Home testing kits are to be sent out to people in their 60s in a bowel cancer screening programme for England, the government has announced.
Bowel cancer kills around 14,000 each year
The tests will identify those who may have the disease, the second largest cause of cancer death in the UK.
By 2009, everyone aged 60-69 will be asked to self-test every two years.
The government hopes the privacy and dignity of the home testing kits will overcome people's natural reluctance to talk about symptoms.
People taking part in the scheme will send stool samples to a laboratory, where they will be analysed for the presence of blood.
The programme, promised in the 2000 NHS Plan and which will cost £37.5m in its first two years, is to be phased in from April 2006.
Around 25% of England, or 300,000 people, will be covered in the first year of the programme.
By 2009, the aim is for two million to receive the kits annually.
Five centres, which will include testing laboratories, are to be set up around the UK to analyse the kits.
Strategic Health Authorities are being invited to bid to provide a first wave of local screening centres.
Bowel cancer kills 50 people a day in the UK. Lung cancer is the only form of the disease which kills more people.
Ministers believe a screening programme could cut the death rate by 15%.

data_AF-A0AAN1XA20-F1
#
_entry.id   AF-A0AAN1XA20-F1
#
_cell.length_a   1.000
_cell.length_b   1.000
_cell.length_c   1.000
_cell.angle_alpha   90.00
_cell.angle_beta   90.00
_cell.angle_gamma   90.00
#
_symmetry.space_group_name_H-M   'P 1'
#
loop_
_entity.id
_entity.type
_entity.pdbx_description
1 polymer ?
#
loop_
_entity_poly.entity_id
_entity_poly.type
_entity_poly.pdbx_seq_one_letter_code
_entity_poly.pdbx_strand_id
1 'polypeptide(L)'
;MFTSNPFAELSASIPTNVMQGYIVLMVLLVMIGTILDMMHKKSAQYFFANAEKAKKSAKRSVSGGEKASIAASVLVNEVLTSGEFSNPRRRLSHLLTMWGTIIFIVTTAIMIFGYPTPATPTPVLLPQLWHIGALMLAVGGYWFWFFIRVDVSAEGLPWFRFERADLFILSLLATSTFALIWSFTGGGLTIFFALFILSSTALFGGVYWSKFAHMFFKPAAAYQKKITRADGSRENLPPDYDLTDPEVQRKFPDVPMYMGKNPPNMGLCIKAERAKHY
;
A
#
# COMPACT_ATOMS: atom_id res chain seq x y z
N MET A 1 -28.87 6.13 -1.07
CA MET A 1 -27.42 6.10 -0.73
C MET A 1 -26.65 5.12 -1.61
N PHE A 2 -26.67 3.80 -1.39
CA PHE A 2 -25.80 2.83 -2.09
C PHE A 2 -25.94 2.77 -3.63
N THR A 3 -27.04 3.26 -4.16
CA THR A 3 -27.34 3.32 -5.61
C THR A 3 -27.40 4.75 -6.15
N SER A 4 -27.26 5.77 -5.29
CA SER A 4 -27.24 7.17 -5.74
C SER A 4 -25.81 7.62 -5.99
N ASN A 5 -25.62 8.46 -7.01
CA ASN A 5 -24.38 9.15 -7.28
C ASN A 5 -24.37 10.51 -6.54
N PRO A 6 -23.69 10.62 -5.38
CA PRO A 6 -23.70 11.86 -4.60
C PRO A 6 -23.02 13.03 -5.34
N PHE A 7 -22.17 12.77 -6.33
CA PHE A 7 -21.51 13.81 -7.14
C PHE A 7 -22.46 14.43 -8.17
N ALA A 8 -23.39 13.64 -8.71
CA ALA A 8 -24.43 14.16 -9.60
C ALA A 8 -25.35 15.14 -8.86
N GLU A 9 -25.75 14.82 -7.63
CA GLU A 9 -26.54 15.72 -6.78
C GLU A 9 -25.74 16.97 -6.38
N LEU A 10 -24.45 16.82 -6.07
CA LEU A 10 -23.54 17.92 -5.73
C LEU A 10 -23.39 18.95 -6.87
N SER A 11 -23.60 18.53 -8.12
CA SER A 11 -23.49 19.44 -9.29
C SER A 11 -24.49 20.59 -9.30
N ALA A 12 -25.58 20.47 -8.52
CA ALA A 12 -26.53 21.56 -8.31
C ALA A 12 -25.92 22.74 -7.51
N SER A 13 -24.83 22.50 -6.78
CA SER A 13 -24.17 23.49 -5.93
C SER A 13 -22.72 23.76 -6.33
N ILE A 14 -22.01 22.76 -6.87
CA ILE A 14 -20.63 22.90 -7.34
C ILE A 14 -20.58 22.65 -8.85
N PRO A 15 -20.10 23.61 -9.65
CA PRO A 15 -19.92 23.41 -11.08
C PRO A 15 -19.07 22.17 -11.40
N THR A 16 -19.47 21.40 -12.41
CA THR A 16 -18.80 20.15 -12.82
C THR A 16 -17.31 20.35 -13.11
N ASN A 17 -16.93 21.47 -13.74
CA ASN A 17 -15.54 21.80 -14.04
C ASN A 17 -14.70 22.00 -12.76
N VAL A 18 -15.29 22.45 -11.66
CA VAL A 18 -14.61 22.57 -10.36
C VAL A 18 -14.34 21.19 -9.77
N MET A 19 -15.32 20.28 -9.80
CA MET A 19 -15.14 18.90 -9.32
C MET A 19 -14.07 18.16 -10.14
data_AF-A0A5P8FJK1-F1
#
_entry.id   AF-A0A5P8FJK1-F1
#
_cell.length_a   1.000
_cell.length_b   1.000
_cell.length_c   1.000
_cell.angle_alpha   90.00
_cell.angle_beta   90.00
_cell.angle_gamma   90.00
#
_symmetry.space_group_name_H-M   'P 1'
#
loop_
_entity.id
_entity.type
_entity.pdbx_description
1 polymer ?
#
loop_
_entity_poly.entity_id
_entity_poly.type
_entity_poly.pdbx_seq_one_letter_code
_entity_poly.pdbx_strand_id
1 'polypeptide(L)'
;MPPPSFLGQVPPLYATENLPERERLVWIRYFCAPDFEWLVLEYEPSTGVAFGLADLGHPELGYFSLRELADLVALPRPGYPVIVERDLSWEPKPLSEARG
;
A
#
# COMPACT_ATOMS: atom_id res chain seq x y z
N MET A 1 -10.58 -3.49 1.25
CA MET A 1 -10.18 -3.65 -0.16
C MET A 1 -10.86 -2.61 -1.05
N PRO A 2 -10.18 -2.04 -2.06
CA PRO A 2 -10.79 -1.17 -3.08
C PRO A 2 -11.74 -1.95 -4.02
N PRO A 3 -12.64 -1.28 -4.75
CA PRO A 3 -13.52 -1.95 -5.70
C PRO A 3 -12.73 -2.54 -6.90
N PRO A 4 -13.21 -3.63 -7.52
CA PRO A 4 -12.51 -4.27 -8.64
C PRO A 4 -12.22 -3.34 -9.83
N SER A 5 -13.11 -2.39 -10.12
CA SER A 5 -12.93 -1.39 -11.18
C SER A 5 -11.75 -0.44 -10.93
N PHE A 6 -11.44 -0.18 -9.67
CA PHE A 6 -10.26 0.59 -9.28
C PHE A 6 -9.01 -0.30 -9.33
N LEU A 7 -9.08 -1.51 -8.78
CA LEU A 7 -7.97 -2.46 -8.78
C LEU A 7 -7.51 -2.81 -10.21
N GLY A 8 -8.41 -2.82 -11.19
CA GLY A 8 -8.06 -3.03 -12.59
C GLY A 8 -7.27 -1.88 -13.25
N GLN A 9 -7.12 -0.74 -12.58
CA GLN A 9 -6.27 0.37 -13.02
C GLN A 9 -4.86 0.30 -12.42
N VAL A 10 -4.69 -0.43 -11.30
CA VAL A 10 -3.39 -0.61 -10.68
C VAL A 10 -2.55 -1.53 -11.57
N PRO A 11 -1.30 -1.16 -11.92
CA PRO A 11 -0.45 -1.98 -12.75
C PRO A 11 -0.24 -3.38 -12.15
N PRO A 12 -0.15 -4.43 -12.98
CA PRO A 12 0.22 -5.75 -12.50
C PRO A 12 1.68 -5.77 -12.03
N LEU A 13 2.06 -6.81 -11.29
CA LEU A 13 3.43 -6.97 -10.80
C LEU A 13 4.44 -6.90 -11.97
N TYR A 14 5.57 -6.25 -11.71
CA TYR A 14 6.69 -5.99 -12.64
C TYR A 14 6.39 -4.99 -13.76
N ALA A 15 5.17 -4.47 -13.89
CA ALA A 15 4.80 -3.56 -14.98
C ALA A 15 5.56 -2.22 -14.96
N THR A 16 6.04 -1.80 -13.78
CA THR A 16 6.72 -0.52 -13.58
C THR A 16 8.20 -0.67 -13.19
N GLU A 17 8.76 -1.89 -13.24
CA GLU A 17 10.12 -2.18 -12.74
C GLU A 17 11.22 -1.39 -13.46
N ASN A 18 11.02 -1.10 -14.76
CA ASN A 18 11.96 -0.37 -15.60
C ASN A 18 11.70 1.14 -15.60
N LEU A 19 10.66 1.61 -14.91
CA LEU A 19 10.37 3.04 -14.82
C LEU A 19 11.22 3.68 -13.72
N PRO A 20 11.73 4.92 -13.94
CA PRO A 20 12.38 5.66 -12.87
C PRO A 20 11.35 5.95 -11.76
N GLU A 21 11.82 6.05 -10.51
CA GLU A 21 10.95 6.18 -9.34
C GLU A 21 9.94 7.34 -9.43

Launching the programme, health minister Rosie Winterton said: "Although bowel cancer affects more than one in 20 people in their lifetime, of those who get the disease 90% survive if it is caught early.
"Because of the nature of the disease, people can feel uncomfortable talking about it, let alone coping with the symptoms.
"That is why the privacy and dignity that the home testing kits afford will help us better tackle the disease."
Jerry McMahon, of Kingsbury in Middlesex, was called in for screening under a pilot scheme at Northwick Park Hospital.
Mr Mahon, now 62, had no symptoms to suggest anything was wrong.
But a colonoscopy found two polyps in his colon, one of which was found to be cancerous.
He said: "The test was a life-saver. I've nothing but praise for the doctors at Northwick Park. I feel better now than I did at 25."
Hilary Whittaker, chief executive of the national charity Beating Bowel Cancer, said: "We believe that the screening programme will be a positive step in reducing the number of deaths from this cancer."
Neil Brookes, chief executive of Colon Cancer Concern, said: "At a stroke, the screening programme will raise the profile of the disease and encourage people to be much more active in seeking to prevent it."
TV presenter Lynn Faulds-Wood, of Lynn's Bowel Cancer Campaign and chairman of the European Cancer Patient Coalition, said: "I survived advanced bowel cancer and I've been investigating how to help save lives from bowel cancer for years. Screening, in my opinion, is the best way."
Professor Elwyn Elias, president of the British Society of Gastroenterology, welcomed the programme, but said the NHS would have to be able to cope with the people flagged up as needing further checks.
"If this is going to go national, which is obviously the aim, it will need a lot of investment and doctors will need a lot of training."